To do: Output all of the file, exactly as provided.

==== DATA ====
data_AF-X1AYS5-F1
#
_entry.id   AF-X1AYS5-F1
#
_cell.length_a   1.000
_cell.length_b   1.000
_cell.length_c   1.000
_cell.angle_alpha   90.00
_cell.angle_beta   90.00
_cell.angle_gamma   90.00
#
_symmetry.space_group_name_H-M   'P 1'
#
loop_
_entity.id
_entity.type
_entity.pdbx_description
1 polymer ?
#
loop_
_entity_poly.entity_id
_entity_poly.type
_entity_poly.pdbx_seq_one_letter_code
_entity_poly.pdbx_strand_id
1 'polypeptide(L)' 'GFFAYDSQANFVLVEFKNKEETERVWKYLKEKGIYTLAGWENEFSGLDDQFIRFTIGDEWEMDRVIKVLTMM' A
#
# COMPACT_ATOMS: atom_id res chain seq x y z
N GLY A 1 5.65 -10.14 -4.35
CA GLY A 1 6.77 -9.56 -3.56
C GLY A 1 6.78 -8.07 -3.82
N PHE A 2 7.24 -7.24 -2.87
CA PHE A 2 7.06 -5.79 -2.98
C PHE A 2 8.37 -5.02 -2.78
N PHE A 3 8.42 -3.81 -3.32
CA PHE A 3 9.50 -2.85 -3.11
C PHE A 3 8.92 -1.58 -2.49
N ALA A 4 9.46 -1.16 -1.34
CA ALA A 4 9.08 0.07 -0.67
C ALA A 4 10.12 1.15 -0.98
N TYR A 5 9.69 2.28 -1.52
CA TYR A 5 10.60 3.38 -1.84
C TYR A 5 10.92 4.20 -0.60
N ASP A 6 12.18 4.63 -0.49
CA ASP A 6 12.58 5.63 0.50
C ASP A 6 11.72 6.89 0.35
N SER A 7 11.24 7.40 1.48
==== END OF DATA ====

data_AF-X1AYS5-F1
#
_entry.id   AF-X1AYS5-F1
#
_cell.length_a   1.000
_cell.length_b   1.000
_cell.length_c   1.000
_cell.angle_alpha   90.00
_cell.angle_beta   90.00
_cell.angle_gamma   90.00
#
_symmetry.space_group_name_H-M   'P 1'
#
loop_
_entity.id
_entity.type
_entity.pdbx_description
1 polymer ?
#
loop_
_entity_poly.entity_id
_entity_poly.type
_entity_poly.pdbx_seq_one_letter_code
_entity_poly.pdbx_strand_id
1 'polypeptide(L)' 'GFFAYDSQANFVLVEFKNKEETERVWKYLKEKGIYTLAGWENEFSGLDDQFIRFTIGDEWEMDRVIKVLTMM' A
#
# COMPACT_ATOMS: atom_id res chain seq x y z
N GLY A 1 5.65 -10.14 -4.35
CA GLY A 1 6.77 -9.56 -3.56
C GLY A 1 6.78 -8.07 -3.82
N PHE A 2 7.24 -7.24 -2.87
CA PHE A 2 7.06 -5.79 -2.98
C PHE A 2 8.37 -5.02 -2.78
N PHE A 3 8.42 -3.81 -3.32
CA PHE A 3 9.50 -2.85 -3.11
C PHE A 3 8.92 -1.58 -2.49
N ALA A 4 9.46 -1.16 -1.34
CA ALA A 4 9.08 0.07 -0.67
C ALA A 4 10.12 1.15 -0.98
N TYR A 5 9.69 2.28 -1.52
CA TYR A 5 10.60 3.38 -1.84
C TYR A 5 10.92 4.20 -0.60
N ASP A 6 12.18 4.63 -0.49
CA ASP A 6 12.58 5.63 0.50
C ASP A 6 11.72 6.89 0.35
N SER A 7 11.24 7.40 1.48